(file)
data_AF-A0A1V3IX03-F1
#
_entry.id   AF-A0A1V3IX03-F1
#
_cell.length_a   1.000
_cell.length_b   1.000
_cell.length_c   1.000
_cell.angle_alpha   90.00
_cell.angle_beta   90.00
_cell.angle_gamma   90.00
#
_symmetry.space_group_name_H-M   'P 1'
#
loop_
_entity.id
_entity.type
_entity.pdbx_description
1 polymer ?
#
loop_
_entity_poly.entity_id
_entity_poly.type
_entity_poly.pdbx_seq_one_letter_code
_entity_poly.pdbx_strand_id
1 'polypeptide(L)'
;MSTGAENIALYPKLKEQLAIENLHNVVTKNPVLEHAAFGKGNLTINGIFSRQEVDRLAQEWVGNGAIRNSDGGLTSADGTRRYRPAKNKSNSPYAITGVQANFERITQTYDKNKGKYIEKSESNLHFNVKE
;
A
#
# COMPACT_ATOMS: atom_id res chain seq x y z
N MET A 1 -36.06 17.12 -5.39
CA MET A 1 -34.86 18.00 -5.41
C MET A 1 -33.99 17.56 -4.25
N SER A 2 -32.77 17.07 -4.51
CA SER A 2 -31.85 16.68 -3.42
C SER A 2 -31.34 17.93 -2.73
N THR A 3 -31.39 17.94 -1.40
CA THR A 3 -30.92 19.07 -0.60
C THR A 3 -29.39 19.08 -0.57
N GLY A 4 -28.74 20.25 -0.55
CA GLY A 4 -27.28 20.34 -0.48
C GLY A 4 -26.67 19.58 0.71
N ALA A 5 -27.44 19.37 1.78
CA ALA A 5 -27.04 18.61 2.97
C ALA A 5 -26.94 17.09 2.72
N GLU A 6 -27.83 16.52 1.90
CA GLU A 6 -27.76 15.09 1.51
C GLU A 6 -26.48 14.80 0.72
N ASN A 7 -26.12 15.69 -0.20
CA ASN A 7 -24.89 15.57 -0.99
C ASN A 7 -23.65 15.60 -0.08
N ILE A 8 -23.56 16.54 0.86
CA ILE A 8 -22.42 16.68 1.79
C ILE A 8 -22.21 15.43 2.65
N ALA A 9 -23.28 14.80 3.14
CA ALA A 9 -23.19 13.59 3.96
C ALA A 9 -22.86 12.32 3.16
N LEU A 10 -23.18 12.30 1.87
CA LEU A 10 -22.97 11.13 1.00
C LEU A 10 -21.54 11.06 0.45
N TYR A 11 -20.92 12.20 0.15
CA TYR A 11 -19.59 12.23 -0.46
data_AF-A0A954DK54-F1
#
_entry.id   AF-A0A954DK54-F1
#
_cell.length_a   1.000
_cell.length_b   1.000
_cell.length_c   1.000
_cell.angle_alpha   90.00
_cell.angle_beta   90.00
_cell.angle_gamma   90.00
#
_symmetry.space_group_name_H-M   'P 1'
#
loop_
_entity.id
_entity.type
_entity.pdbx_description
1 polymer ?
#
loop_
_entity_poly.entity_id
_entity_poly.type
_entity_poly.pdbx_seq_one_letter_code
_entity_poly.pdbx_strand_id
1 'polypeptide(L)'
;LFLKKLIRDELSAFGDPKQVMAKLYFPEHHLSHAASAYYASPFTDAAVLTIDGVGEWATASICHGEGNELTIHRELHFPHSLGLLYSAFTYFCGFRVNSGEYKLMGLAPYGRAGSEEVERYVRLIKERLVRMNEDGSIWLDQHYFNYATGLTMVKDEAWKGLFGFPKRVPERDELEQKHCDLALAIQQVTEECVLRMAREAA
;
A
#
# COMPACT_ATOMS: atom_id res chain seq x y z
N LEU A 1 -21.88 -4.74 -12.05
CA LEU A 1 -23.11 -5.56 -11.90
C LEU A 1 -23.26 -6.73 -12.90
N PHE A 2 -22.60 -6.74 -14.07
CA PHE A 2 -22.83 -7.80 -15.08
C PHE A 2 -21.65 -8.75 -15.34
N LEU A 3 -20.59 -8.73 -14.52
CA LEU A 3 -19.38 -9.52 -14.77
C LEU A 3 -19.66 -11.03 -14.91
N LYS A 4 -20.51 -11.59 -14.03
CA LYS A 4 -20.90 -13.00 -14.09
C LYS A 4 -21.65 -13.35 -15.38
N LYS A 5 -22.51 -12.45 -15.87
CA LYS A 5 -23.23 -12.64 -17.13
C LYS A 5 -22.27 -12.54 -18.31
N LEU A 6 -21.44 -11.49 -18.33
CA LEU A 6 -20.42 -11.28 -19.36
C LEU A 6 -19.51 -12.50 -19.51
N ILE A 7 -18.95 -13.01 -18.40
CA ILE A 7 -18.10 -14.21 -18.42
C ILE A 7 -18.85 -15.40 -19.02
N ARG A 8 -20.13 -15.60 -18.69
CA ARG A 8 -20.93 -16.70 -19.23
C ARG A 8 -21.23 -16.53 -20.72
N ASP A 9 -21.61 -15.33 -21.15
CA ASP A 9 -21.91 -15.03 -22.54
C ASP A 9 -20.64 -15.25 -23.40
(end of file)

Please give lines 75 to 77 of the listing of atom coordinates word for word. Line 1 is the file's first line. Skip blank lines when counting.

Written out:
#
loop_
_entity.id